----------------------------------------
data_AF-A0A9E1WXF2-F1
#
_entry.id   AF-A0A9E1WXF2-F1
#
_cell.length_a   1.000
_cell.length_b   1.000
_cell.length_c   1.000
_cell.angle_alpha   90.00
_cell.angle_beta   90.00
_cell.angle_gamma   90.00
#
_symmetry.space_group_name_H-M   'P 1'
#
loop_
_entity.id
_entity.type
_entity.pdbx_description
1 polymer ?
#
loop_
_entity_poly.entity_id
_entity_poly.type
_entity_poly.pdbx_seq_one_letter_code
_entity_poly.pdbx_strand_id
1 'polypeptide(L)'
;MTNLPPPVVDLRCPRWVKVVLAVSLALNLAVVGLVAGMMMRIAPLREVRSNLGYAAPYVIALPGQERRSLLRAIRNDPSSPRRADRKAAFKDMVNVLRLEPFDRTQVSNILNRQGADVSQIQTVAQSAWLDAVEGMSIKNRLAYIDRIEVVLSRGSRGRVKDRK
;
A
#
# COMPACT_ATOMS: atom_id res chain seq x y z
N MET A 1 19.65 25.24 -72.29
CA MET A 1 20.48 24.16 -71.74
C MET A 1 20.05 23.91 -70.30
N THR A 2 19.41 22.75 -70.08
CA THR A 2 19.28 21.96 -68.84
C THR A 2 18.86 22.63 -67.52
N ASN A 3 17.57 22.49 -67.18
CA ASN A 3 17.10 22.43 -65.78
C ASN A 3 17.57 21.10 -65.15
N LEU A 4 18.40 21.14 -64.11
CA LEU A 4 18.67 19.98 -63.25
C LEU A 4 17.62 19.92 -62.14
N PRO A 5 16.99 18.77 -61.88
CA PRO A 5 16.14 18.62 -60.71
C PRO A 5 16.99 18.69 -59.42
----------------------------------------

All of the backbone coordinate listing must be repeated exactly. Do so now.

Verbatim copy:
data_AF-A0A9E1WXF2-F1
#
_entry.id   AF-A0A9E1WXF2-F1
#
_cell.length_a   1.000
_cell.length_b   1.000
_cell.length_c   1.000
_cell.angle_alpha   90.00
_cell.angle_beta   90.00
_cell.angle_gamma   90.00
#
_symmetry.space_group_name_H-M   'P 1'
#
loop_
_entity.id
_entity.type
_entity.pdbx_description
1 polymer ?
#
loop_
_entity_poly.entity_id
_entity_poly.type
_entity_poly.pdbx_seq_one_letter_code
_entity_poly.pdbx_strand_id
1 'polypeptide(L)'
;MTNLPPPVVDLRCPRWVKVVLAVSLALNLAVVGLVAGMMMRIAPLREVRSNLGYAAPYVIALPGQERRSLLRAIRNDPSSPRRADRKAAFKDMVNVLRLEPFDRTQVSNILNRQGADVSQIQTVAQSAWLDAVEGMSIKNRLAYIDRIEVVLSRGSRGRVKDRK
;
A
#
# COMPACT_ATOMS: atom_id res chain seq x y z
N MET A 1 19.65 25.24 -72.29
CA MET A 1 20.48 24.16 -71.74
C MET A 1 20.05 23.91 -70.30
N THR A 2 19.41 22.75 -70.08
CA THR A 2 19.28 21.96 -68.84
C THR A 2 18.86 22.63 -67.52
N ASN A 3 17.57 22.49 -67.18
CA ASN A 3 17.10 22.43 -65.78
C ASN A 3 17.57 21.10 -65.15
N LEU A 4 18.40 21.14 -64.11
CA LEU A 4 18.67 19.98 -63.25
C LEU A 4 17.62 19.92 -62.14
N PRO A 5 16.99 18.77 -61.88
CA PRO A 5 16.14 18.62 -60.71
C PRO A 5 16.99 18.69 -59.42